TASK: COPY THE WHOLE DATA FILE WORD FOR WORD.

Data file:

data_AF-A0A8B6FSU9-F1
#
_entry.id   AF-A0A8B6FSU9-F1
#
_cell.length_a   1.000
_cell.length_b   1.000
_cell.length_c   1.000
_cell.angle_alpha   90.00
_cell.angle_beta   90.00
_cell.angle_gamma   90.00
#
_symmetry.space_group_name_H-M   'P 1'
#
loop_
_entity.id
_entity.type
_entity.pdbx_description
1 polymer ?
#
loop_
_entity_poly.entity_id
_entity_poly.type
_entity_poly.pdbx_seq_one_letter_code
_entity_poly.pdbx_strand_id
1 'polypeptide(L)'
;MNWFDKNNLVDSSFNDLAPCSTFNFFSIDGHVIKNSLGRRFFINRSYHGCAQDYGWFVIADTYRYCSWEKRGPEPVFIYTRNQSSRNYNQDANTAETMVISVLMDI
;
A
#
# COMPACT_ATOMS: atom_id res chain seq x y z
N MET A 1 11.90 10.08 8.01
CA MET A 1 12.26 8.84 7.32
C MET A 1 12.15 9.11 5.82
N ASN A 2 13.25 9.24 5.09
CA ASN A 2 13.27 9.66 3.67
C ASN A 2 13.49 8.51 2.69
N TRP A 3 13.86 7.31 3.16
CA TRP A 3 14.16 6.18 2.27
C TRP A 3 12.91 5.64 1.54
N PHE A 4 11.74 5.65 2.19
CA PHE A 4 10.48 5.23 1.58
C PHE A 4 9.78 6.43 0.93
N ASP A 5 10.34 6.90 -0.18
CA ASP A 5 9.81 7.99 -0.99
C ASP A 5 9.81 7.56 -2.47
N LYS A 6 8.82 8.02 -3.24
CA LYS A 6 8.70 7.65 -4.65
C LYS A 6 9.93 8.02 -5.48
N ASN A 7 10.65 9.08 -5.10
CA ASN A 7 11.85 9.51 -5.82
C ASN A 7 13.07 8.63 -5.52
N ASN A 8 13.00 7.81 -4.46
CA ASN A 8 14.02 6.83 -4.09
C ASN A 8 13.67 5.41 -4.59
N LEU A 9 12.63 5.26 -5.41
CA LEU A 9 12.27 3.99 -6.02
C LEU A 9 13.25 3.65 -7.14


data_AF-A0A8B6FSU9-F1
#
_entry.id   AF-A0A8B6FSU9-F1
#
_cell.length_a   1.000
_cell.length_b   1.000
_cell.length_c   1.000
_cell.angle_alpha   90.00
_cell.angle_beta   90.00
_cell.angle_gamma   90.00
#
_symmetry.space_group_name_H-M   'P 1'
#
loop_
_entity.id
_entity.type
_entity.pdbx_description
1 polymer ?
#
loop_
_entity_poly.entity_id
_entity_poly.type
_entity_poly.pdbx_seq_one_letter_code
_entity_poly.pdbx_strand_id
1 'polypeptide(L)'
;MNWFDKNNLVDSSFNDLAPCSTFNFFSIDGHVIKNSLGRRFFINRSYHGCAQDYGWFVIADTYRYCSWEKRGPEPVFIYTRNQSSRNYNQDANTAETMVISVLMDI
;
A
#
# COMPACT_ATOMS: atom_id res chain seq x y z
N MET A 1 11.90 10.08 8.01
CA MET A 1 12.26 8.84 7.32
C MET A 1 12.15 9.11 5.82
N ASN A 2 13.25 9.24 5.09
CA ASN A 2 13.27 9.66 3.67
C ASN A 2 13.49 8.51 2.69
N TRP A 3 13.86 7.31 3.16
CA TRP A 3 14.16 6.18 2.27
C TRP A 3 12.91 5.64 1.54
N PHE A 4 11.74 5.65 2.19
CA PHE A 4 10.48 5.23 1.58
C PHE A 4 9.78 6.43 0.93
N ASP A 5 10.34 6.90 -0.18
CA ASP A 5 9.81 7.99 -0.99
C ASP A 5 9.81 7.56 -2.47
N LYS A 6 8.82 8.02 -3.24
CA LYS A 6 8.70 7.65 -4.65
C LYS A 6 9.93 8.02 -5.48
N ASN A 7 10.65 9.08 -5.10
CA ASN A 7 11.85 9.51 -5.82
C ASN A 7 13.07 8.63 -5.52
N ASN A 8 13.00 7.81 -4.46
CA ASN A 8 14.02 6.83 -4.09
C ASN A 8 13.67 5.41 -4.59
N LEU A 9 12.63 5.26 -5.41
CA LEU A 9 12.27 3.99 -6.02
C LEU A 9 13.25 3.65 -7.14